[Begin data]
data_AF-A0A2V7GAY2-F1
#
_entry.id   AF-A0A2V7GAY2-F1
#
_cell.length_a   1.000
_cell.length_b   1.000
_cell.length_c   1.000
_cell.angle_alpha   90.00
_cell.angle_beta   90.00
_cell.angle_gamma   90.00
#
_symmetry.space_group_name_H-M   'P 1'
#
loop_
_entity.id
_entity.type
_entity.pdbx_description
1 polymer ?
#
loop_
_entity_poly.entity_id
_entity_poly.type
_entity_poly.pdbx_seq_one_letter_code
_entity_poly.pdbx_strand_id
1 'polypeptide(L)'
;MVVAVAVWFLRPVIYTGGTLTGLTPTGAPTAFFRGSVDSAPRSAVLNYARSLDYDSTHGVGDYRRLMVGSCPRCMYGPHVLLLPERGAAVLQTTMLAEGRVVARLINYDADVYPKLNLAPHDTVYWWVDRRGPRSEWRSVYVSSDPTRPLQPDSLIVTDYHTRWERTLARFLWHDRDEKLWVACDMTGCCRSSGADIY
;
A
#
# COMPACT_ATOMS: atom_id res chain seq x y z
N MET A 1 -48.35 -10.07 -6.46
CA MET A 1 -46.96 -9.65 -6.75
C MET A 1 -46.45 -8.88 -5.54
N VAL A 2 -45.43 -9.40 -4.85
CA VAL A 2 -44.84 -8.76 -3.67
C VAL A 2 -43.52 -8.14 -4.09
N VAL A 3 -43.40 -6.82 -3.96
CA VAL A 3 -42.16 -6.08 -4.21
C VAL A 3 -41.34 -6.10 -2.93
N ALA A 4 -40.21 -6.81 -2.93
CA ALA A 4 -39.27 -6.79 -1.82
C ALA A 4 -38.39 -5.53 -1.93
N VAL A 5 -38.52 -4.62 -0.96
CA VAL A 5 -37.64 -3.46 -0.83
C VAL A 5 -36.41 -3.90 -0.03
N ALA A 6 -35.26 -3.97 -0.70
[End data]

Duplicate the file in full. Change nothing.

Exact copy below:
data_AF-A0A2V7GAY2-F1
#
_entry.id   AF-A0A2V7GAY2-F1
#
_cell.length_a   1.000
_cell.length_b   1.000
_cell.length_c   1.000
_cell.angle_alpha   90.00
_cell.angle_beta   90.00
_cell.angle_gamma   90.00
#
_symmetry.space_group_name_H-M   'P 1'
#
loop_
_entity.id
_entity.type
_entity.pdbx_description
1 polymer ?
#
loop_
_entity_poly.entity_id
_entity_poly.type
_entity_poly.pdbx_seq_one_letter_code
_entity_poly.pdbx_strand_id
1 'polypeptide(L)'
;MVVAVAVWFLRPVIYTGGTLTGLTPTGAPTAFFRGSVDSAPRSAVLNYARSLDYDSTHGVGDYRRLMVGSCPRCMYGPHVLLLPERGAAVLQTTMLAEGRVVARLINYDADVYPKLNLAPHDTVYWWVDRRGPRSEWRSVYVSSDPTRPLQPDSLIVTDYHTRWERTLARFLWHDRDEKLWVACDMTGCCRSSGADIY
;
A
#
# COMPACT_ATOMS: atom_id res chain seq x y z
N MET A 1 -48.35 -10.07 -6.46
CA MET A 1 -46.96 -9.65 -6.75
C MET A 1 -46.45 -8.88 -5.54
N VAL A 2 -45.43 -9.40 -4.85
CA VAL A 2 -44.84 -8.76 -3.67
C VAL A 2 -43.52 -8.14 -4.09
N VAL A 3 -43.40 -6.82 -3.96
CA VAL A 3 -42.16 -6.08 -4.21
C VAL A 3 -41.34 -6.10 -2.93
N ALA A 4 -40.21 -6.81 -2.93
CA ALA A 4 -39.27 -6.79 -1.82
C ALA A 4 -38.39 -5.53 -1.93
N VAL A 5 -38.52 -4.62 -0.96
CA VAL A 5 -37.64 -3.46 -0.83
C VAL A 5 -36.41 -3.90 -0.03
N ALA A 6 -35.26 -3.97 -0.70